History of Binary Options

With shrinking opportunities for the average person to make high returns with limited capital investment, new forms of online trading have emerged. One of the most popular is Binary Options.  In reality Binary Option contracts have long been offered OTC (Over the Counter) and were considered “exotic instruments” in that there was no liquid market to trade the contract itself.

In 2007 the OCC (Options Clearing Corporation) proposed a rule change to allow binary options.  The SEC followed up in May 2008 with an approval to list cash-or-nothing binary options.  The AMEX, CBOE and Nadex all currently offer many types of Binary Options.

In mid 2008 websites offering online binary option trading platform began to operate. These are the Binary Option Brokers.  They offer a simplified version of the exchange traded binary options. The average investor is once again able to trade multiple types of financial instruments without investing large amounts of money and potentially gaining large daily returns.

Binary Options as Bucket Shops?

Some people would like to derisively claim that the origin of Binary Options dates back to the “Bucket Shops” which existed in the late 1800’s -early 1900’s.  The bucket shops allowed for people without a lot of money to trade stocks.  It also allowed for much quicker transactions as no actual shares of stock were traded.  Orders were placed with the shops based on the stock quotes listed on a board, as the price of the stock went up the house owed the customer money as it went down the customer owed the shop.  Transactions could be placed immediately as no calls had to be made to the trading floor for the actual purchase or sale of the stock. In practice the system was similar to electronic day trading, where trades are executed immediately by means of computer trading platforms.  Bucket shops became illegal in most states by the 1920’s.  Great pressure was placed by the stock exchanges to put the bucket shops out of business as they affected actual trading volume.  The truth is that bucket shops were not regulated and were subject to many fraudulent practices by the shop owners.  The tape was often times manipulated.  Shop owners would often times place actual trades to affect stock prices.  Trades were done on strict margin so if a stocked dipped below a traders margin he would lose all his money.  Since most stocks fluctuate throughout the day many traders would be priced out because of these fluctuations.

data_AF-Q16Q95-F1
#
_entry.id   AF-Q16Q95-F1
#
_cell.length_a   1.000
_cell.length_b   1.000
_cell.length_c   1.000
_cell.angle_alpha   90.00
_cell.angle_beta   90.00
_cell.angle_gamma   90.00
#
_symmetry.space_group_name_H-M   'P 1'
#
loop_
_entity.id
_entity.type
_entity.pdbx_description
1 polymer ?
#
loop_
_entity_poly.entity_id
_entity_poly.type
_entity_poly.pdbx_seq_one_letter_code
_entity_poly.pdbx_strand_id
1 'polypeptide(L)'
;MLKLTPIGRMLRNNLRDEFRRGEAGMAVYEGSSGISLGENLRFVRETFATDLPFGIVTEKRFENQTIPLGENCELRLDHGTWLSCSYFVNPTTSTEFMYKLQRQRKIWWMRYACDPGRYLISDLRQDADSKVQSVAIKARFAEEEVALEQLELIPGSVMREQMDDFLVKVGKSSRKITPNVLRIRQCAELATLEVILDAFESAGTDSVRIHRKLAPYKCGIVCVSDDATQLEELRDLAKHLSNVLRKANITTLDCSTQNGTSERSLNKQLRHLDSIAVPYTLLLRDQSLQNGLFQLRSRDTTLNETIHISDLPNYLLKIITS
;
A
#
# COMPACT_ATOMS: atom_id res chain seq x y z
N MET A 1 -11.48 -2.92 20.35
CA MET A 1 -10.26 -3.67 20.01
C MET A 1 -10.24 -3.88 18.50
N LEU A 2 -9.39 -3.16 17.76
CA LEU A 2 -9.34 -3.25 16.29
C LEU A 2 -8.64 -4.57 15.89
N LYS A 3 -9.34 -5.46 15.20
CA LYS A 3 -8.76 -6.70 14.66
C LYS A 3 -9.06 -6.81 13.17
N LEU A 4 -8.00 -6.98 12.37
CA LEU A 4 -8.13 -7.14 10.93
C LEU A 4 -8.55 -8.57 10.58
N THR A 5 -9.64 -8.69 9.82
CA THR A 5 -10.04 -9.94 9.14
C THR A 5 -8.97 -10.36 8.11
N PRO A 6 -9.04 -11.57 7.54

Binary Options as Day Trading?

In reality, these shops were considered by many to be the fore bearers to modern day day trading, where stock speculators would place bets on the price movement of particular stocks.  With the demise of bucket shops day trading did not reemerge in force until the late 90’s.  The advent of ecn’s, discount brokers, SOES and the dot.com boom in the stock market led to a boom in day trading.  By 2000  it was understood that most .com companies would run through their cash without ever showing a profit, the market crashed and most day traders lost their money.  Day trading has lingered for the last decade without ever coming close to its popularity from the late 90’s.  Originally lack of volatility and later a preponderance of programmed trading have have helped to choke off the success of even the most seasoned day trader.

In the article Why Trade Binary Options?, I explain how the high reward, quick time frame, low cost investment of a binary trade compares with traditional option or straight equity trades. In a follow up article I will compare and contrast the different types of binary trading platforms available in the market today.


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